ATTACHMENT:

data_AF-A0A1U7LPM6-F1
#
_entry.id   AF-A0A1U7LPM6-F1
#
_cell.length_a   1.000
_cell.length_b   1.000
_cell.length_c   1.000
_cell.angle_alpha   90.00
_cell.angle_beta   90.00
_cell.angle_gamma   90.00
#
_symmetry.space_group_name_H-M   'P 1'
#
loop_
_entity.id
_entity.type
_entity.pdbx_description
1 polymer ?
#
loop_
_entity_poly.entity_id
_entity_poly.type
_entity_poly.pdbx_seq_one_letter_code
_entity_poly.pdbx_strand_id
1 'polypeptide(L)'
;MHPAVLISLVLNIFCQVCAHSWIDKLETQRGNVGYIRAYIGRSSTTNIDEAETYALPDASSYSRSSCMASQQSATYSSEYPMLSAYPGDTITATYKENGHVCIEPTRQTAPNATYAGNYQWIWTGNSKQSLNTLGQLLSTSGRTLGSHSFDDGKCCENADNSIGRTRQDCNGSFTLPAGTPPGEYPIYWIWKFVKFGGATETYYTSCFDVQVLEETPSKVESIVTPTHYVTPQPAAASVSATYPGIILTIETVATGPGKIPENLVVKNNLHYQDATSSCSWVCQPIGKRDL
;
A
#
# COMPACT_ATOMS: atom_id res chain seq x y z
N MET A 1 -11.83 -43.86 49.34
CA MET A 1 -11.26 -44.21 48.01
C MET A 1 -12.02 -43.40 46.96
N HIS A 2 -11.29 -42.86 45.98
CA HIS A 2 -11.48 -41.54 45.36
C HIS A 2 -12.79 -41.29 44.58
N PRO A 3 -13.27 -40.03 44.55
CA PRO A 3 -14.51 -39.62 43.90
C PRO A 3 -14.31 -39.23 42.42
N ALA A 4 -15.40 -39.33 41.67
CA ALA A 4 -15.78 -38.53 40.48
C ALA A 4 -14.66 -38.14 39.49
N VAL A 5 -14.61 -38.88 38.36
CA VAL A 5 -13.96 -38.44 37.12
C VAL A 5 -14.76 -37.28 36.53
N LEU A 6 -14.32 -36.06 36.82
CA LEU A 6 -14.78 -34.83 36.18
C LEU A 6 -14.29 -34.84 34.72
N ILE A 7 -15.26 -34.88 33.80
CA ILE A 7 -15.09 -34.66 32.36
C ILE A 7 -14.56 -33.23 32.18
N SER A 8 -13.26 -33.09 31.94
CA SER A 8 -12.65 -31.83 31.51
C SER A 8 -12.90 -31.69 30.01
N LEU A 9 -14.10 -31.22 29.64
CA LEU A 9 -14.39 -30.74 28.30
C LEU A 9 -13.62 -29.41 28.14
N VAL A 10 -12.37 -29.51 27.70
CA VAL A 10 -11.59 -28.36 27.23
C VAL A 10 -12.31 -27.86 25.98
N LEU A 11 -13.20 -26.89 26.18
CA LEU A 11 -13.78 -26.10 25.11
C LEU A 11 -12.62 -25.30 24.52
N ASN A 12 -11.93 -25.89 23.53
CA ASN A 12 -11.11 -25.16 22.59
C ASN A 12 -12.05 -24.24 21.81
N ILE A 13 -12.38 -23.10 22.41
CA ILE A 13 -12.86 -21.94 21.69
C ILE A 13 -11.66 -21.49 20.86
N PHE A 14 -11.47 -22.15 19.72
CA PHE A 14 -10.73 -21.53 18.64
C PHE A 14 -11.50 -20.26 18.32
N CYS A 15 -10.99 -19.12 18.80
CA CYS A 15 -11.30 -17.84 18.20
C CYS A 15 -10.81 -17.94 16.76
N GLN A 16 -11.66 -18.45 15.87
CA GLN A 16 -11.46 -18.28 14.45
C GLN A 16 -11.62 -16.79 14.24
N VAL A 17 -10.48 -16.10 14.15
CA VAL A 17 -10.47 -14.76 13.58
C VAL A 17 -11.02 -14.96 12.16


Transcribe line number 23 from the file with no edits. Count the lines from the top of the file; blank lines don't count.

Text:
_entity_poly.pdbx_seq_one_letter_code